Seeing the kinds of problems you have been experiencing, I'd like to suggest that you read the thread starting at Reply 8 at http://www.pizzamaking.com/forum/index.php?topic=2223.msg19563;topicseen#msg19563, and including the post on oven techniques at Reply 45 at http://www.pizzamaking.com/forum/index.php?topic=2223.msg20965#msg20965. Since your ingredients and equipment and oven may be different than what we have available in the U.S., not all of what is discussed in the above thread and posts will apply in your case. So what you want to pay attention to is technique and the technical principles involved and to try to adapt those to your particular situation. If you are making the dough by hand, you might find the methods described in the abovementioned thread at Reply 65 at http://www.pizzamaking.com/forum/index.php?topic=2223.msg63786#msg63786 to be useful.

Peter

Offline Chicago Bob

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Re: Semolina + AP Flour = HG Flour?
« Reply #6 on: February 28, 2014, 11:11:20 PM »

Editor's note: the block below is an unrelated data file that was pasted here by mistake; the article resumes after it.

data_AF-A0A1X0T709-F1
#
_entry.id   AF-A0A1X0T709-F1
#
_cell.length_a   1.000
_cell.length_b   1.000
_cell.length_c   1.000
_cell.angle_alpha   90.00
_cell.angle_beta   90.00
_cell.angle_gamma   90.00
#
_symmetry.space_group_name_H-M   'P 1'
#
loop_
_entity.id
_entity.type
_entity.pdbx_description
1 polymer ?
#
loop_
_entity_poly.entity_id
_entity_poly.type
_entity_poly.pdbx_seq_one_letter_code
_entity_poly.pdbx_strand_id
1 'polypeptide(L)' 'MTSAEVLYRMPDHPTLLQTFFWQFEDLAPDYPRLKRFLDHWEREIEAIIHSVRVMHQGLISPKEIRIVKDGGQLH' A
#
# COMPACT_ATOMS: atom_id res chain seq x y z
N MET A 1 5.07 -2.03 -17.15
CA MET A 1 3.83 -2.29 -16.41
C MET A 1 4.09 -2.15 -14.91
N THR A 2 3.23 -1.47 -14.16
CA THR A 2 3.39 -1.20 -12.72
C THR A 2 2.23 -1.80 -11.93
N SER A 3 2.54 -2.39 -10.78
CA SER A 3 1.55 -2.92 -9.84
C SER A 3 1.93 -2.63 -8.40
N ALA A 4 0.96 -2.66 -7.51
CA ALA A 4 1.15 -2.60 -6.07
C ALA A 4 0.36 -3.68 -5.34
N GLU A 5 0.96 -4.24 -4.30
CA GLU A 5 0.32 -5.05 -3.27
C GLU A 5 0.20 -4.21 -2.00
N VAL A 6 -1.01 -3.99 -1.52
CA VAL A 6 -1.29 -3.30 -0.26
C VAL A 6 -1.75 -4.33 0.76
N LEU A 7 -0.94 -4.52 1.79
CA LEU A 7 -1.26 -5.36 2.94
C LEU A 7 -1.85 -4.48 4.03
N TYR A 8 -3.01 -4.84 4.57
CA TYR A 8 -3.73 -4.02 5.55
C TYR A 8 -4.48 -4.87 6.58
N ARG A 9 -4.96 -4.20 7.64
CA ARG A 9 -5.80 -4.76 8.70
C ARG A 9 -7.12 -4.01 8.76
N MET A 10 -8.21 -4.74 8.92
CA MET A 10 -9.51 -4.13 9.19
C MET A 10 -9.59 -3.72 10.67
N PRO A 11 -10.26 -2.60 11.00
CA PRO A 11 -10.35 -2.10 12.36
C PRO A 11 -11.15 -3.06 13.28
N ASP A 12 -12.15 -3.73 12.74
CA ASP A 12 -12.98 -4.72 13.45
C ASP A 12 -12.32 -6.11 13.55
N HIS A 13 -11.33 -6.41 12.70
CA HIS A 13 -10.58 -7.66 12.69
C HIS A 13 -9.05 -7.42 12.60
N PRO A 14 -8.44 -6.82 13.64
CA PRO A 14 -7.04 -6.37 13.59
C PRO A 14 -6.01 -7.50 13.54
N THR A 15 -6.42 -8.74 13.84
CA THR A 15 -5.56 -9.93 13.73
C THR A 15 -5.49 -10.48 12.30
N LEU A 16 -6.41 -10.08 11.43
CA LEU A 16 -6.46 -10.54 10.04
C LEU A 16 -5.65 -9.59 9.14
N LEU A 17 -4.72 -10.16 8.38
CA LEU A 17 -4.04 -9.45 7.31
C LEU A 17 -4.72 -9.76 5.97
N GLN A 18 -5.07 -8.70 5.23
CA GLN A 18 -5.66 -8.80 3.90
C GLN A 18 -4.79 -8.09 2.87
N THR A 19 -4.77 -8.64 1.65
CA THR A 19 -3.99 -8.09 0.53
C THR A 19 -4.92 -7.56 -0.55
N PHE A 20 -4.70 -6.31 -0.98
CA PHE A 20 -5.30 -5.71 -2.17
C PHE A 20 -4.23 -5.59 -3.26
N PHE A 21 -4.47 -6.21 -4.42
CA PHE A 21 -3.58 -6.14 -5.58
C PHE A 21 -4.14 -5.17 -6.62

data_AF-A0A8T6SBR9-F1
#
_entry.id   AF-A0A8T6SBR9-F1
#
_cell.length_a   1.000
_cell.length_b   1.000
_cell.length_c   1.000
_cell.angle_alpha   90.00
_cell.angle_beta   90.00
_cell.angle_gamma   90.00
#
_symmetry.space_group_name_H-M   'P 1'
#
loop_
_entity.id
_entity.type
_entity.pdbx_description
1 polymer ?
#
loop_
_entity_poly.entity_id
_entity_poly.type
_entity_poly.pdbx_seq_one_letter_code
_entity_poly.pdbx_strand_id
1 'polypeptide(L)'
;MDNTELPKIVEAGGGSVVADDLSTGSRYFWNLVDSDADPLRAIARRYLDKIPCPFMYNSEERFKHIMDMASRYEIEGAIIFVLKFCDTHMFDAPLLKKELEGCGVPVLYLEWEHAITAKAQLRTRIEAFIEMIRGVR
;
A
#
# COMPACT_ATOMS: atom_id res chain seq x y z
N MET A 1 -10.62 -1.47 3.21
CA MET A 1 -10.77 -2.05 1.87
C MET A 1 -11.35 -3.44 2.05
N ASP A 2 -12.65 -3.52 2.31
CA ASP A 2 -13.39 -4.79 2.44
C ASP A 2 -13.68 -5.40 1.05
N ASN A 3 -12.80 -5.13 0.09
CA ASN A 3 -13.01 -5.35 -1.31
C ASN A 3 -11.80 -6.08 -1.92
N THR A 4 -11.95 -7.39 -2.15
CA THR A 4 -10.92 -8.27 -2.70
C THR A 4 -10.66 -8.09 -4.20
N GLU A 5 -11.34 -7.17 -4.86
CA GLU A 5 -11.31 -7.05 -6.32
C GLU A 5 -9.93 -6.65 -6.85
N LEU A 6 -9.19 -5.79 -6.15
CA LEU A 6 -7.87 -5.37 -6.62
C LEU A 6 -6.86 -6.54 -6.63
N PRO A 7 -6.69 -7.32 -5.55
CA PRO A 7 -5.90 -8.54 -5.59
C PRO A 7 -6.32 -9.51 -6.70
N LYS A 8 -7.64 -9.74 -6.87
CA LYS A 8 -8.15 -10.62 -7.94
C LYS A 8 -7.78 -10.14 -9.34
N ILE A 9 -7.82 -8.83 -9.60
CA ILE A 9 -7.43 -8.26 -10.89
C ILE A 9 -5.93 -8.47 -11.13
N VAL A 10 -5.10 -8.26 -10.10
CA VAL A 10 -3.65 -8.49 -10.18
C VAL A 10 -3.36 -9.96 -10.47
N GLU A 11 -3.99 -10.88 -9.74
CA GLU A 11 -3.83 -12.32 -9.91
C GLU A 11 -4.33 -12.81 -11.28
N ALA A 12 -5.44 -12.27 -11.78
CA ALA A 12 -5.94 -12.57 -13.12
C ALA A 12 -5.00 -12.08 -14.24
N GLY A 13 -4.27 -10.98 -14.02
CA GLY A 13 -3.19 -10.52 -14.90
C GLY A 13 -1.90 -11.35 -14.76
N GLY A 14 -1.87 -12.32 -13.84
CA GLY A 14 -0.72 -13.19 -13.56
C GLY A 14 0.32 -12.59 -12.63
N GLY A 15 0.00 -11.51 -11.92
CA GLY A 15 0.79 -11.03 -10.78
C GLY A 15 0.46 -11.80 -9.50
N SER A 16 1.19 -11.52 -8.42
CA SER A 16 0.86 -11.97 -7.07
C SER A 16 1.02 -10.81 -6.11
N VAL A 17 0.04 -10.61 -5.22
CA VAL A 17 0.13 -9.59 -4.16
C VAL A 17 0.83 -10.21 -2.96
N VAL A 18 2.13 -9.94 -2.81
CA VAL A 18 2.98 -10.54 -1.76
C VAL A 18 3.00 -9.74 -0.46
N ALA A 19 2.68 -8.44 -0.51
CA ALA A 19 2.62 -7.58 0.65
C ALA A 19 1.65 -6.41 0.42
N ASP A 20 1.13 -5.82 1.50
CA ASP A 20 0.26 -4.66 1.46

I am sorry if the title gives you are an inappropriate question vibe in relation to the subject.
In here we don't have all the brands or variety available to us. People hardly know what high gluten flour is. So I was thinking weather it is okay to mix the semolina and flour during the kneeing process to get that HG Flour consistency while making a pizza dough?
Can you get Vital Wheat Gluten over there Neo?

Bob
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Offline dmckean44

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Re: Semolina + AP Flour = HG Flour?
« Reply #7 on: February 28, 2014, 11:33:39 PM »
I am sorry if the title gives you are an inappropriate question vibe in relation to the subject.
In here we don't have all the brands or variety available to us. People hardly know what high gluten flour is. So I was thinking weather it is okay to mix the semolina and flour during the kneeing process to get that HG Flour consistency while making a pizza dough?